EU Pillar of Social Rights: Strengthen the European social acquis to build an inclusive and age-friendly EU

Brussels, 8th December 2016

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In light of the multiple crises that Europe is facing and the growing scepticism towards the European project, the European Union should send a clear message towards greater fairness and solidarity. An ambitious action in the social field has the potential to change the citizens’ vision of the EU.

In its contribution to the European Commission consultation on a ‘European Pillar of Social Rights’, AGE Platform Europe highlights the key role social rights play in empowering older citizens as equal citizens. Equal rights to quality and affordable health and long-term care, to adequate pensions to live in dignity, to age-friendly working conditions and an inclusive labour market, and to access goods and services are all indispensable to allow Europe to adapt to demographic change and make it an opportunity for all citizens.

‘Next to climate change, technological evolution, migration, the legacy of the economic crisis and accumulated inequalities, demographic ageing is a major challenge facing Europe’, said Anne-Sophie Parent, AGE Secretary General. ‘We have many of the keys to take advantage of ageing and to build better and healthier lives for all, but this needs to be supported by concrete actions, in particular in the social field. The European Pillar of Social Rights should be one of them.’

As the Europe 2020 Strategy is approaching its final stage, it is important to renew on our key social commitments to boost employment and tackle poverty. Europe is still suffering from the economic crisis, and older people are no exception: the gender pension gap is close to 40 % and poverty persists among many older women, the oldest old, those who were not able to build an adequate pension, or older persons whose income has eroded in time, in particular due to the growing costs of healthcare. The individualisation of old-age dependency risk with increased out-of-pocket payments for healthcare is undermining the universal character of health care that is as part of the European social welfare model. Pension reforms delaying the age of retirement are hitting vulnerable groups, such as the 48 % of people between 55 and 64 who are not in employment, not yet in pension and who have very low prospects of finding a job.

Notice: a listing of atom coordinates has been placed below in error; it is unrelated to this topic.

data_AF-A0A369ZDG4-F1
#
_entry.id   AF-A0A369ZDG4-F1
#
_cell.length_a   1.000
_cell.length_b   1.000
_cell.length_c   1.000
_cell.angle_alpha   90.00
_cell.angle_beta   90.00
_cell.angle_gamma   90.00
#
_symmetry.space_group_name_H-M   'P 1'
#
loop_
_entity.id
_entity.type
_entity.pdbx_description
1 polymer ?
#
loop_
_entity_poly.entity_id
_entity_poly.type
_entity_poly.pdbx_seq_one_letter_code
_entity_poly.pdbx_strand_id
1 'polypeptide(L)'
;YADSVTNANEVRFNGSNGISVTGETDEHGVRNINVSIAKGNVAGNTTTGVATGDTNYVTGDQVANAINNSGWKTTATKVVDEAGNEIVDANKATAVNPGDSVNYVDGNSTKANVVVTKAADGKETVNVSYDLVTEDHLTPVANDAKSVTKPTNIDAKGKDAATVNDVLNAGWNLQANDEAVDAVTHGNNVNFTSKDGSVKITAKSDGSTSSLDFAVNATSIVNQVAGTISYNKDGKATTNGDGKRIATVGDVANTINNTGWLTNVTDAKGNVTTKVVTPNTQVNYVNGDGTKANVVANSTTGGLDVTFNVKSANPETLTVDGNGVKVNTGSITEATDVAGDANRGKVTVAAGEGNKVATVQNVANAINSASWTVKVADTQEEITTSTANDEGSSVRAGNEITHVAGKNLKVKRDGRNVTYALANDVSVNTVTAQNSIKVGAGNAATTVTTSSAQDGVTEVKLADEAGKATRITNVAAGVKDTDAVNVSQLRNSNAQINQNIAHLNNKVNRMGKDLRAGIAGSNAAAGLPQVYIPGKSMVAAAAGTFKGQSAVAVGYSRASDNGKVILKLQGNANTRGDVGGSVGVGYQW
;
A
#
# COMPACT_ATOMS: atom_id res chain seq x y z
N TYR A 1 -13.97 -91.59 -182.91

AGE therefore urges the Commission for an ambitious proposal of the Pillar of Social Rights to address these challenges. The Pillar should be safeguarded in the European Semester process and EU macroeconomic policies. A guideline for the implementation of the Pillar with regard to older people should be the article 25 of the European Charter of Fundamental Rights, which guarantees the right of older persons to live independently and in dignity. Other standards, such as the ILO core convention and the Council of Europe Social Charter should also be further used to inspire this new Pillar.

The fight against age discrimination and the promotion of dignity in old age should be upfront in the implementation of the social rights’, concluded AGE Secretary General.

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